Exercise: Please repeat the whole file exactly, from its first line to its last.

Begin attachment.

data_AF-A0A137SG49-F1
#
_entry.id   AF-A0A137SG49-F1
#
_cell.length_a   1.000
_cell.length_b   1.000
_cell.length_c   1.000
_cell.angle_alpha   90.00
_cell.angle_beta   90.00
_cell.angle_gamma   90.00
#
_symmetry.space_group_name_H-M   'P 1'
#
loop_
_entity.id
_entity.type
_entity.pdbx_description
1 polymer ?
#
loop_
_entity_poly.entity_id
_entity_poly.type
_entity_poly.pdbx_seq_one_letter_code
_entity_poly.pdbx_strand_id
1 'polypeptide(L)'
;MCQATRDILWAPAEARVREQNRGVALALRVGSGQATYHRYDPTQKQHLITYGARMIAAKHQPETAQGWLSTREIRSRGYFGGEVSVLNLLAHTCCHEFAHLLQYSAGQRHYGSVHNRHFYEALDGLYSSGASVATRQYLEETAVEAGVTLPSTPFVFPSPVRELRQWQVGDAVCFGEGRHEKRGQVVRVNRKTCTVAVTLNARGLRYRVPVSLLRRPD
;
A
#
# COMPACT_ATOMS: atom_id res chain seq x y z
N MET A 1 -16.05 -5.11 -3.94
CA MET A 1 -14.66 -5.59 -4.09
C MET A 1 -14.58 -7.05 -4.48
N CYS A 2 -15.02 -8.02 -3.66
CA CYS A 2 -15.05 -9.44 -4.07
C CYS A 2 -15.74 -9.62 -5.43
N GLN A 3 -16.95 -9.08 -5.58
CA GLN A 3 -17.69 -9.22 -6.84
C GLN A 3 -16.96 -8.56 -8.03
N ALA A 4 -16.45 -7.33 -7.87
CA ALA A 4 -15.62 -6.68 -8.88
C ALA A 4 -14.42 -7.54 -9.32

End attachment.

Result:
data_AF-A0A137SG49-F1
#
_entry.id   AF-A0A137SG49-F1
#
_cell.length_a   1.000
_cell.length_b   1.000
_cell.length_c   1.000
_cell.angle_alpha   90.00
_cell.angle_beta   90.00
_cell.angle_gamma   90.00
#
_symmetry.space_group_name_H-M   'P 1'
#
loop_
_entity.id
_entity.type
_entity.pdbx_description
1 polymer ?
#
loop_
_entity_poly.entity_id
_entity_poly.type
_entity_poly.pdbx_seq_one_letter_code
_entity_poly.pdbx_strand_id
1 'polypeptide(L)'
;MCQATRDILWAPAEARVREQNRGVALALRVGSGQATYHRYDPTQKQHLITYGARMIAAKHQPETAQGWLSTREIRSRGYFGGEVSVLNLLAHTCCHEFAHLLQYSAGQRHYGSVHNRHFYEALDGLYSSGASVATRQYLEETAVEAGVTLPSTPFVFPSPVRELRQWQVGDAVCFGEGRHEKRGQVVRVNRKTCTVAVTLNARGLRYRVPVSLLRRPD
;
A
#
# COMPACT_ATOMS: atom_id res chain seq x y z
N MET A 1 -16.05 -5.11 -3.94
CA MET A 1 -14.66 -5.59 -4.09
C MET A 1 -14.58 -7.05 -4.48
N CYS A 2 -15.02 -8.02 -3.66
CA CYS A 2 -15.05 -9.44 -4.07
C CYS A 2 -15.74 -9.62 -5.43
N GLN A 3 -16.95 -9.08 -5.58
CA GLN A 3 -17.69 -9.22 -6.84
C GLN A 3 -16.96 -8.56 -8.03
N ALA A 4 -16.45 -7.33 -7.87
CA ALA A 4 -15.62 -6.68 -8.88
C ALA A 4 -14.42 -7.54 -9.32